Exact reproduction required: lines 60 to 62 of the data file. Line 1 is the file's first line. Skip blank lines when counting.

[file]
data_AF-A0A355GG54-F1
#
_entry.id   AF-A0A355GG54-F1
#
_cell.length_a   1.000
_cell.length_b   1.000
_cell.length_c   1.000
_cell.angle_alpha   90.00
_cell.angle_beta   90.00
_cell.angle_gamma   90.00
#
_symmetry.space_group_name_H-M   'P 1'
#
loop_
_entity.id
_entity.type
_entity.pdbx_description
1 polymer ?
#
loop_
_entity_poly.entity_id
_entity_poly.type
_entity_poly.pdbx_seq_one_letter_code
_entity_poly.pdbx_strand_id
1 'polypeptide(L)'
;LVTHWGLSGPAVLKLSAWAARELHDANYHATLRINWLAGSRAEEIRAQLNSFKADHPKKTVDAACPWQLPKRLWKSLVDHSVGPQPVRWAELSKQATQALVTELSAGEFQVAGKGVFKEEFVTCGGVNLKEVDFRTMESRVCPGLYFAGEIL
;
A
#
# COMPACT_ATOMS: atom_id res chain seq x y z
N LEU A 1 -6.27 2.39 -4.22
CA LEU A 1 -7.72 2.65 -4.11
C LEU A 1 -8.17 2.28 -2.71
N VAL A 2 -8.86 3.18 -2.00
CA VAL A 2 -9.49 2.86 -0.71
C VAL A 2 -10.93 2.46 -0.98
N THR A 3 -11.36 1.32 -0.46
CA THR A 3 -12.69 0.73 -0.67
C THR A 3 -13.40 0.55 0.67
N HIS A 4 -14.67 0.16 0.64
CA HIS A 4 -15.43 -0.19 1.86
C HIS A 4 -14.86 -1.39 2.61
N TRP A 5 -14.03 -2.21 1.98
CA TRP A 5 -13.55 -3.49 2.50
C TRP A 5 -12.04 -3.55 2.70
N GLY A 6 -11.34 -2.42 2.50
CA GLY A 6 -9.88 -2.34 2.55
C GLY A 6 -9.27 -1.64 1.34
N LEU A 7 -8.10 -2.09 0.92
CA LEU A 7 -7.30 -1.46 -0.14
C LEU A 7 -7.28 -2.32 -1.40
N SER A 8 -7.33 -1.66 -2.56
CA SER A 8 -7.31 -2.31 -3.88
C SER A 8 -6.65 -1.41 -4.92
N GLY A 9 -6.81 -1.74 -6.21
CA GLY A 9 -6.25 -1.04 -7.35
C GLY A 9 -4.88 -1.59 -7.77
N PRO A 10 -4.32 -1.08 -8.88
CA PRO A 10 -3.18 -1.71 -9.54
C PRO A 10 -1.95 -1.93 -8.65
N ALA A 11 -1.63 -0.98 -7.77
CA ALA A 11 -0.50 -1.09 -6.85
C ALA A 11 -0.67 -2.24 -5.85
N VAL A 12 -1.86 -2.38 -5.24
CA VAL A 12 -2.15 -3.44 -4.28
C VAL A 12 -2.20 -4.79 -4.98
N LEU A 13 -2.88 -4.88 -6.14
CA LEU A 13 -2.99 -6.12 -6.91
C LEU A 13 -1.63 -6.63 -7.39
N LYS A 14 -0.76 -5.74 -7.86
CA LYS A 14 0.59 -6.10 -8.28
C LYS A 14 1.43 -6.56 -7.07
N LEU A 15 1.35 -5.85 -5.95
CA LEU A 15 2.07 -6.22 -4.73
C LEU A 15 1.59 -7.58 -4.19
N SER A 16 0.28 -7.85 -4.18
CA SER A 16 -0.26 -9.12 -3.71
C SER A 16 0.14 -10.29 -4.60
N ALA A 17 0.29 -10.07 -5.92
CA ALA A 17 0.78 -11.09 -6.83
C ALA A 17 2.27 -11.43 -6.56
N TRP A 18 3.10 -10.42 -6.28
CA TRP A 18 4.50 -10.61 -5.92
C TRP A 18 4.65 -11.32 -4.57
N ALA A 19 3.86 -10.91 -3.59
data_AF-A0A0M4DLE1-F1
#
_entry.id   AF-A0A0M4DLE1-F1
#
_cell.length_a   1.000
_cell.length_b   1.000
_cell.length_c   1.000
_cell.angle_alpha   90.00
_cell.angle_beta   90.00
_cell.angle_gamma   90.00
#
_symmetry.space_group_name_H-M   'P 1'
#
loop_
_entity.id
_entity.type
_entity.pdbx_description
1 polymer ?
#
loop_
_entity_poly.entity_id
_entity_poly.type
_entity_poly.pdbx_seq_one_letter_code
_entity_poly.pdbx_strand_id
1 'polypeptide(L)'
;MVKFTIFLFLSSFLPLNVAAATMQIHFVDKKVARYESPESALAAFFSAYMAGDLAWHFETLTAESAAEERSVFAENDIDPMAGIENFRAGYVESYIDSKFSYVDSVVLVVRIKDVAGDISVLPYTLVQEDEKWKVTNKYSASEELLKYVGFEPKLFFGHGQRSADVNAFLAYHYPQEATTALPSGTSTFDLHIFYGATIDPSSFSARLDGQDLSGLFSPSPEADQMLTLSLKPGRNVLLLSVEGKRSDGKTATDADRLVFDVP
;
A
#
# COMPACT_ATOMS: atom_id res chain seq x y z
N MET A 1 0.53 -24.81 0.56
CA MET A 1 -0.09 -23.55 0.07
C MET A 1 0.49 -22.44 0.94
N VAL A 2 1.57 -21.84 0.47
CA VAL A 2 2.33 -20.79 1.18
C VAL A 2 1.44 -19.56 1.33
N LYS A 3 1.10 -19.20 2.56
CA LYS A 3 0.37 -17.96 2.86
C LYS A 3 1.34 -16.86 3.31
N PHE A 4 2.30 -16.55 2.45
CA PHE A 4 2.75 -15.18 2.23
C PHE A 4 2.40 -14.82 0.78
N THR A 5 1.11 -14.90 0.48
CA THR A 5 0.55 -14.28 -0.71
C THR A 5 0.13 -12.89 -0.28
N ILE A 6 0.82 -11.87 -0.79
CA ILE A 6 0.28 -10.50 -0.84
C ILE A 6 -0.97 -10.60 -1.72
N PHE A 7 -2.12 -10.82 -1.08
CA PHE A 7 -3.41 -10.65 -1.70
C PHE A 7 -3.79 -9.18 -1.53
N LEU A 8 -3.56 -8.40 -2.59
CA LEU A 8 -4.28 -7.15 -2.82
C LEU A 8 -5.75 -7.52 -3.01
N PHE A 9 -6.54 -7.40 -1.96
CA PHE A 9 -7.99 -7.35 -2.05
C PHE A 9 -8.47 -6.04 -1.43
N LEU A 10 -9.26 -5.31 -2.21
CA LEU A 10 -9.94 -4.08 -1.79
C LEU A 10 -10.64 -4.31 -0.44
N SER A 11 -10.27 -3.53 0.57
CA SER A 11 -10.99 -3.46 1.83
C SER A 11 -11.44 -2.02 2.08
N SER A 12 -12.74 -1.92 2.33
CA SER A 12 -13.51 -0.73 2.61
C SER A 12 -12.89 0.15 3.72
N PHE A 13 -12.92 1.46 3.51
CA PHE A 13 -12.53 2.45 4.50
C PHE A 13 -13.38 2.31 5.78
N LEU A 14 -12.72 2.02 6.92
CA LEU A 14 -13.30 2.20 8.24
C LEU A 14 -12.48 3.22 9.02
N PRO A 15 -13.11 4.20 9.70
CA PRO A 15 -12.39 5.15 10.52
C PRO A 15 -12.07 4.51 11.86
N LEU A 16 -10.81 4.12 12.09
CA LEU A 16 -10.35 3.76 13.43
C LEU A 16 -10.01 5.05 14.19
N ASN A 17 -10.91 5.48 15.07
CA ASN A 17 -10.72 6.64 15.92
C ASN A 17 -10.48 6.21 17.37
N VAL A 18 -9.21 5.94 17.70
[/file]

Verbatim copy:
C PRO A 10 -1.95 -1.93 -8.65
N ALA A 11 -1.63 -0.98 -7.77
CA ALA A 11 -0.50 -1.09 -6.85